Starting in September, all telecommunications companies in the country will be banned from obtaining new 4G and 5G equipment from these companies and must remove any existing Huawei and ZTE branded 5G equipment from their networks by June of 2024. The deadline for removing equipment from their 4G networks is the end of 2027.
In a statement, the Canadian government said that the move was fueled by concerns that suppliers may be forced to comply with “extrajudicial directions from foreign governments” in a manner that might “conflict with Canadian laws or would be detrimental to Canadian interests.”
One of the main concerns is China's national intelligence law, which could be used to require Chinese organizations and citizens to cooperate with state intelligence work. This could theoretically be used to force Chinese tech companies to pass sensitive information from their foreign networks on to the Chinese government.
In the Canadian government’s “policy statement” accompanying the announcement, they cited concerns about the fact that 5G will bring about a significantly enhanced data capacity that will result in billions of connected devices and serve as a foundation for critical infrastructure and their digital economy. Therefore, ensuring its security is paramount.
Public Safety Minister Marco Mendicino said: "In the 21st century, cyber security is national security. From cyber attacks, to electronic espionage, to ransomware, the threats to Canadians are greater than ever, and we will protect them.”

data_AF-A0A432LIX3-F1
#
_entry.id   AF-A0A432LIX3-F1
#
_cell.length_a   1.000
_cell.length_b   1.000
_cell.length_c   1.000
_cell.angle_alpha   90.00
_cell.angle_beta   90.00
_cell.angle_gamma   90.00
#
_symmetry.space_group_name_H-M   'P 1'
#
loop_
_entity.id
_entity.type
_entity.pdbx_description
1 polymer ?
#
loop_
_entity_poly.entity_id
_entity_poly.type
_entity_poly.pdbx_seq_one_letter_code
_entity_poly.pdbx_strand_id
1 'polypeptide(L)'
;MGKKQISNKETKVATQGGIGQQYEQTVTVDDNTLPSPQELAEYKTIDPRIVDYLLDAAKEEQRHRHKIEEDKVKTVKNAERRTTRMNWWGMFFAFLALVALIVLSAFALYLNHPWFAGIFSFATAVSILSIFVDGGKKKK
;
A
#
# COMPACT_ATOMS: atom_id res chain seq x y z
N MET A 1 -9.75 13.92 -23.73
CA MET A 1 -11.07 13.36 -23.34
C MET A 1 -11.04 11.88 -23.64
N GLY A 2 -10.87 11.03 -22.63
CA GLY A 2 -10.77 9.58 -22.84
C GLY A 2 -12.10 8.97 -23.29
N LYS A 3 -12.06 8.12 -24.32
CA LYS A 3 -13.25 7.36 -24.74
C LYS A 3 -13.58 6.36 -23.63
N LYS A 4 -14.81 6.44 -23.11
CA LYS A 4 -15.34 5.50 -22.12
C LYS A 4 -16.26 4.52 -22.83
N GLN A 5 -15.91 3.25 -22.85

Canada’s decision was widely expected and follows the lead of the other countries in the Five Eyes Network, who are all restricting the use of equipment by these Chinese companies in their telecommunications networks. In the U.S., companies are spending billions of dollars removing and replacing equipment in their networks, while Australia and New Zealand have also restricted the use of this equipment for national security reasons. The U.K. banned Huawei equipment in 2020 and ordered it to be removed by 2027.
For its part, Huawei says that the concerns are based on a “misreading” of Chinese law. Huawei Canada said they were disappointed by the decision, writing in a statement: "This is an unfortunate political decision that has nothing to do with cyber security or any of the technologies in question."
Canada's decision came after around three years of debate during a time that was marked by worsening relations with China. Canada arrested the Chief Financial Officer of Huawei, Meng Wanzhou, on a U.S. warrant in December 2018 on suspicion of violations of U.S. sanctions; China imprisoned two Canadian nationals just days later on accusations of espionage in what became a long-running dispute between the nations. When Meng was allowed to return to China last year as part of a deferred prosecution deal, the Chinese government released the Canadians.
The diplomatic tensions between the countries had been easing slightly recently, with China removing a three-year restriction it had placed on imports of canola seed from Canada, something that had been considered a retaliatory move for the arrest of Meng.
When asked if Canada is expecting Chinese retaliation for its moves against Huawei and ZTE, Minister of Innovation, Science and Industry Francois-Philippe Champagne said that the right decision was made, but other experts believe retaliation is forthcoming.
Speaking to CTV News Channel’s Power Play, former CSIS Director Ward Elcock said: “It’s likely that there will be some sort of retaliation. What that will be is pretty hard to guess but it could come in almost any form.”
Sources for this article include: